gaz regan’s 101 Best New Cocktails
Here’s an article showing the trends of gaz regan’s 101 Best New Cocktails. I think it’s a good indicator of where the industry is going according to gaz, and like him I like the fact that Scotch is being used more in new drinks these days. For the full list, click here.
“The Regan Report: 2014
Based on gaz regan’s 101 Best New Cocktails (101BNC), a compilation that’s been hailed as “the best list of its kind,” (Francis P. Schott, co-owner of Catherine Lombardi and Stage Left restaurants in New Brunswick), the Regan Report details global trends in the Bar Business, looking at spirits, liqueurs, bitters, and oddities that have proved to be the most popular among bartenders over the past year. You’ll see our findings in this document.
"There are quite a few surprises in this year’s list," says Regan. "Scotch has made great headways with cocktailian bartenders, for instance, after being all but ignored for the best part of this century." Other items to look out for include Pierre Ferrand Dry Curacao, Chartreuse, and Amari in many different hues and guises.
"Putting this list together has become a great tool for me," Regan adds, "since it gives me a clear picture of what’s actually working out well behind the bars of the world."
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Over the course of the last 12 months, Regan received approximately 7,000 recipes sent to him by bartenders all over the world, and from these drinks he picked 101 formulas that he deemed to be the very best of the best new cocktails. Approximately 50% (fifty percent) of the recipes chosen came from bartenders in the USA, and just over 10% (ten percent) emanated from the UK, with France, Germany, and Spain weighing in next, each country boasting approximately 5% (five percent) of the winning entries.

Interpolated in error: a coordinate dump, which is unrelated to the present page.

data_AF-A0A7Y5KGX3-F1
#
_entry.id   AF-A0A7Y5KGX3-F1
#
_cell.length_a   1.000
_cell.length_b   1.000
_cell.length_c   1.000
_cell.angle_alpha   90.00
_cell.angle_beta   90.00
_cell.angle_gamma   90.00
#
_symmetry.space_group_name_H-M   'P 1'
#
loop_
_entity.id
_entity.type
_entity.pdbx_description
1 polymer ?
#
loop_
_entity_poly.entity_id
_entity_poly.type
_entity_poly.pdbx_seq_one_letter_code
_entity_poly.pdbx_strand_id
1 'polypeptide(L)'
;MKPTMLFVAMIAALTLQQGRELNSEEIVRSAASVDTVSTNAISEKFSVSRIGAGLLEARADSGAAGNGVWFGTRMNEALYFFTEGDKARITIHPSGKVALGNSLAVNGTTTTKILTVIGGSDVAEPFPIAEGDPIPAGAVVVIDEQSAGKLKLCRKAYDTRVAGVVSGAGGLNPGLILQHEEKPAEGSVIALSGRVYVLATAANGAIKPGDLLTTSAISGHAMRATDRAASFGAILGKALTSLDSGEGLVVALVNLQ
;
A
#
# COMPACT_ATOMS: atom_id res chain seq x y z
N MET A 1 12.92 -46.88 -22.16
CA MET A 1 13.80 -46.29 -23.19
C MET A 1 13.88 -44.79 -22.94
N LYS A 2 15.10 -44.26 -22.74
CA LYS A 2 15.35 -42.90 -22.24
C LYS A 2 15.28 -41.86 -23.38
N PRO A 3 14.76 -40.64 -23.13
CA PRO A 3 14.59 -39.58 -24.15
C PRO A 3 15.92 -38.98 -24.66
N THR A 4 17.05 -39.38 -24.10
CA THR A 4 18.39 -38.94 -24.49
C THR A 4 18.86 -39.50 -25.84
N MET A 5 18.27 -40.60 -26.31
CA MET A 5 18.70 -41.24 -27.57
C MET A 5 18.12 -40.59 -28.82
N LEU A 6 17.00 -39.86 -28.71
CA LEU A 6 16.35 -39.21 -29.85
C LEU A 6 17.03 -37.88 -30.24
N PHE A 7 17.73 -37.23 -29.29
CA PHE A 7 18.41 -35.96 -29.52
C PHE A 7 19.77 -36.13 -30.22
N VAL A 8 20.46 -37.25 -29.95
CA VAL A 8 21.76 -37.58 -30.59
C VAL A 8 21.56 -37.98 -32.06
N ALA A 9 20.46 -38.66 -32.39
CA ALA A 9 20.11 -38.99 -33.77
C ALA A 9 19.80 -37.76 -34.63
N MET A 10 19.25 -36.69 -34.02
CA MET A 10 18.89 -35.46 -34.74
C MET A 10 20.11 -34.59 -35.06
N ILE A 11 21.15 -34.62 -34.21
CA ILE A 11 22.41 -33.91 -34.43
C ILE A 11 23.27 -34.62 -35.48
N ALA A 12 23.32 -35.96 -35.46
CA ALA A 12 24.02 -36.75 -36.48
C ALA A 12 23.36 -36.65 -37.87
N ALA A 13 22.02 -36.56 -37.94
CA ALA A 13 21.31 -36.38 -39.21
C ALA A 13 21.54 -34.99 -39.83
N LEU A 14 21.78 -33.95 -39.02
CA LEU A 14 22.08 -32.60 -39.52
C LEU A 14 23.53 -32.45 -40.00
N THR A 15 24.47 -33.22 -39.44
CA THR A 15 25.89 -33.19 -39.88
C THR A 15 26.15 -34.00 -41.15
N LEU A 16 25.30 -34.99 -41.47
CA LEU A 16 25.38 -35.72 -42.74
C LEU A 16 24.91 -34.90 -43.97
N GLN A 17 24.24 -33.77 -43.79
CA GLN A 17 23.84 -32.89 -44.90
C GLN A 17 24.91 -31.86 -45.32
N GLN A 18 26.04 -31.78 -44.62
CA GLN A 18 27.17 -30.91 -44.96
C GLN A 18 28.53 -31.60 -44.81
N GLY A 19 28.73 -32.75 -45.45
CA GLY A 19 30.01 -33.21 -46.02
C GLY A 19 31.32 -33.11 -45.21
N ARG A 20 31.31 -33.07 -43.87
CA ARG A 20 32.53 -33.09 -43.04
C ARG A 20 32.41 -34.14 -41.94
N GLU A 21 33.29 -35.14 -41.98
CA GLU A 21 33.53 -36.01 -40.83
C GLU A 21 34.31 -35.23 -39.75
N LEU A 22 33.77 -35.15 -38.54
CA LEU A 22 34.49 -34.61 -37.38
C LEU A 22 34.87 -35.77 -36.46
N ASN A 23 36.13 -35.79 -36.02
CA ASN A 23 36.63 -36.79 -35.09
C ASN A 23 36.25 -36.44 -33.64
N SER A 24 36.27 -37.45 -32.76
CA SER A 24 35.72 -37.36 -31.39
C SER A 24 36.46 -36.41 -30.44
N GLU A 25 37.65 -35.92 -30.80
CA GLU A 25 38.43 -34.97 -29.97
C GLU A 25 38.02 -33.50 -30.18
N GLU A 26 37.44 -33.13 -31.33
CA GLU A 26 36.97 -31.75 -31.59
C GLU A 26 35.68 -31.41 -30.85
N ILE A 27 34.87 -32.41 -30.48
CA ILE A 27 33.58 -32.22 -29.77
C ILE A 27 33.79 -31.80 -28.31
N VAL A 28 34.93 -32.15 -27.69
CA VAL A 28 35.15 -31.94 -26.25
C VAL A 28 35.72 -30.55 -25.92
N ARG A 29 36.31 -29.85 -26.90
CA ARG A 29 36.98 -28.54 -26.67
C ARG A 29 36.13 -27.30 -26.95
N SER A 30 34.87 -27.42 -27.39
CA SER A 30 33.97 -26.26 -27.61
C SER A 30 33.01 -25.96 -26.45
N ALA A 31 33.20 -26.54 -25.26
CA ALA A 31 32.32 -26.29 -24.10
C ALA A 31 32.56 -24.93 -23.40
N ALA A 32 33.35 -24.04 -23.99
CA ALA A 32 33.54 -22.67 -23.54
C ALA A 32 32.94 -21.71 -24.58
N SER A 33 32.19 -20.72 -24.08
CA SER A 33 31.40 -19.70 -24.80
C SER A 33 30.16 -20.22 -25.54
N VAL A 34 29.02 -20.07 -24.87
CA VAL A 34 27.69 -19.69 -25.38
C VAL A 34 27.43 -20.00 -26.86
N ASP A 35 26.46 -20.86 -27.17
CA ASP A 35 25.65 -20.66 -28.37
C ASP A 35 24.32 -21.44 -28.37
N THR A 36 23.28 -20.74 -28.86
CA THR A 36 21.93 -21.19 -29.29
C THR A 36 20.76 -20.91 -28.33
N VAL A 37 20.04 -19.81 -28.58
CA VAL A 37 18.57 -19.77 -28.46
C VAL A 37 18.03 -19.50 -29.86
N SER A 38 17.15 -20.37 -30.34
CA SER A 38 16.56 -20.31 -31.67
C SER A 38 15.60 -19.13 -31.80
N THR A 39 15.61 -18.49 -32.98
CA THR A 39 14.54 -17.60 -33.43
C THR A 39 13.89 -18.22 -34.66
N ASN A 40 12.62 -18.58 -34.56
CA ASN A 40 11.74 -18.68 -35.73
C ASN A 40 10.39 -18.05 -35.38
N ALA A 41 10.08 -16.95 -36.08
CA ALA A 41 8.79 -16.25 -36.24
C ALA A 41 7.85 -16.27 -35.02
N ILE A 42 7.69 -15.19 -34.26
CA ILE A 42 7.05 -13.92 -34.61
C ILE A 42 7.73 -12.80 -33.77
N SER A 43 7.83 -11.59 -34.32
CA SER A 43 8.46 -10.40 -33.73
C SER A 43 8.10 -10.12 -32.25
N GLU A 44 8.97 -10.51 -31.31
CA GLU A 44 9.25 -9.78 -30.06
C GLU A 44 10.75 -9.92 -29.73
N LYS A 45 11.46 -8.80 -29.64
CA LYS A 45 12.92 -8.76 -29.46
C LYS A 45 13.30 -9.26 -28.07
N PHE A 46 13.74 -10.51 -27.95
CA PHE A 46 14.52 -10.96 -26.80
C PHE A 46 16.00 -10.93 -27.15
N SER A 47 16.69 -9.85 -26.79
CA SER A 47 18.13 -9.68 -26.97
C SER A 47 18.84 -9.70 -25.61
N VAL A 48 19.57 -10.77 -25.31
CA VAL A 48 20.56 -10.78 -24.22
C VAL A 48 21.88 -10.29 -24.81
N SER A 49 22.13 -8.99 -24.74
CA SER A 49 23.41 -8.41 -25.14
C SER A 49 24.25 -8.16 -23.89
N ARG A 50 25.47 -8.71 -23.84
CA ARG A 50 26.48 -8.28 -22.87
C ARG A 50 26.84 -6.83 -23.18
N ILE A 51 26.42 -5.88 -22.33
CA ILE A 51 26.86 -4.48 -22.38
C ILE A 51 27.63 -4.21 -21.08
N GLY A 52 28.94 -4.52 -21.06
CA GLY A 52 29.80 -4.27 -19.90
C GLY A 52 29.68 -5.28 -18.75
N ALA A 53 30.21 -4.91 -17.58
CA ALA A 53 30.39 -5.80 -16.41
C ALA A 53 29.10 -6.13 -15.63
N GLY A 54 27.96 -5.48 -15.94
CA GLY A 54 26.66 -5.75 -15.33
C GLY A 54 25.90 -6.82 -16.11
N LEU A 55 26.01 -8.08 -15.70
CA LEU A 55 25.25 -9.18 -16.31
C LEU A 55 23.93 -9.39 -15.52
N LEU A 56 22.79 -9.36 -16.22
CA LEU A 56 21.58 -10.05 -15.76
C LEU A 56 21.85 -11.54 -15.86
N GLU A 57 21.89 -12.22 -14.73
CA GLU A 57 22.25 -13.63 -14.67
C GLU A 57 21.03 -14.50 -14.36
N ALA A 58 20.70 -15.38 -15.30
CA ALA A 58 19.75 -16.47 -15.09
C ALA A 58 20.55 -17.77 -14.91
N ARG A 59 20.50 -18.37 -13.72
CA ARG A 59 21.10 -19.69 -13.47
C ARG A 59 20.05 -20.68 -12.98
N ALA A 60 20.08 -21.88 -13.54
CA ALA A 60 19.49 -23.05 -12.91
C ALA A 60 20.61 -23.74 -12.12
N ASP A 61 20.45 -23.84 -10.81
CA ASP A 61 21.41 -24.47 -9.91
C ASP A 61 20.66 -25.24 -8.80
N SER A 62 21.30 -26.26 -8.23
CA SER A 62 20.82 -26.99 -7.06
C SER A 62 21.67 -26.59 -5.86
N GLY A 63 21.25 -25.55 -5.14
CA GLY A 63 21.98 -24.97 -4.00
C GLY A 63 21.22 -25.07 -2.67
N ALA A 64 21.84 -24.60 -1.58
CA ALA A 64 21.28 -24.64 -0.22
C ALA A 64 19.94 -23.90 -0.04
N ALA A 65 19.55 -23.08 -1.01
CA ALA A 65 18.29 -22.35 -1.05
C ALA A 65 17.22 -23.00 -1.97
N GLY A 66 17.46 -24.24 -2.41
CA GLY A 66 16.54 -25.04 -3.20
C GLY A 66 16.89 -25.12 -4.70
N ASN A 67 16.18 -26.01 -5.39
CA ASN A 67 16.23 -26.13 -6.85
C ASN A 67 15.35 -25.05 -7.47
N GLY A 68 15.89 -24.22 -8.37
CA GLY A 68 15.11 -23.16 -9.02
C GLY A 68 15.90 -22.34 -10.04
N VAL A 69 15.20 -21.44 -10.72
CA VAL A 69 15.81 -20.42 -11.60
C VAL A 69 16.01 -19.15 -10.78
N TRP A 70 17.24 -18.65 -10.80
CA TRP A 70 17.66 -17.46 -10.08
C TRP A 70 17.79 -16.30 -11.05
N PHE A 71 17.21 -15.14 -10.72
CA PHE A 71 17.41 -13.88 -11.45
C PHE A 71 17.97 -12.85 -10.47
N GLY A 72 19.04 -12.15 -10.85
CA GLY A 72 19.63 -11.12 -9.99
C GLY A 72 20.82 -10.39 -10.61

"My reach is concentrated in the USA," says Regan, so I’m not surprised that American bartenders led the pack again this year. And I’ve a fair number of bartender contacts in the UK, too, so that number makes sense."
German bartenders have been strong for years, according to Regan, and although both France and Spain were a little late to the cocktail revolution, once they “joined the party,” so to speak, they showed enormous passion and creativity. Italy and Greece, two more mainland European countries, showed well this year with around 3% (three percent) each of the recipes in 101 BNC, and Regan thought that that made sense, too. ”Both countries sport very distinctive cuisines,” he said, “so it’s not surprising that their bartenders know what they’re doing.”
The biggest surprise of the year, Regan notes, is the fact that China, a country that hasn’t been represented in previous years, had 2 recipes in this year’s list—the same number as Australia, a major cocktail hub.
Other countries represented in this year’s 101BNC list, each with just one cocktail being picked, were Canada, Denmark, India, Israel, Japan, The Netherlands, Norway, South Africa, Sweden, Switzerland, Taiwan, and Thailand.
"I expected more from Down Under," says Regan, noting that New Zealand didn’t show at all this year, "and I think we should expect more from South Africa in the coming months—it’s an explosion waiting to happen." Regan also expects Chinese bartenders to go from strength over the coming year, noting that, when he visited Beijing and Shanghai early in 2013, he saw some fabulous innovation and passion in he bartenders there. "I’m a little surprised that more recipes from Japan didn’t make the final cut this year," he says. "One of the best balanced, and most memorable cocktails I ever tasted was made by a Japanese bartender."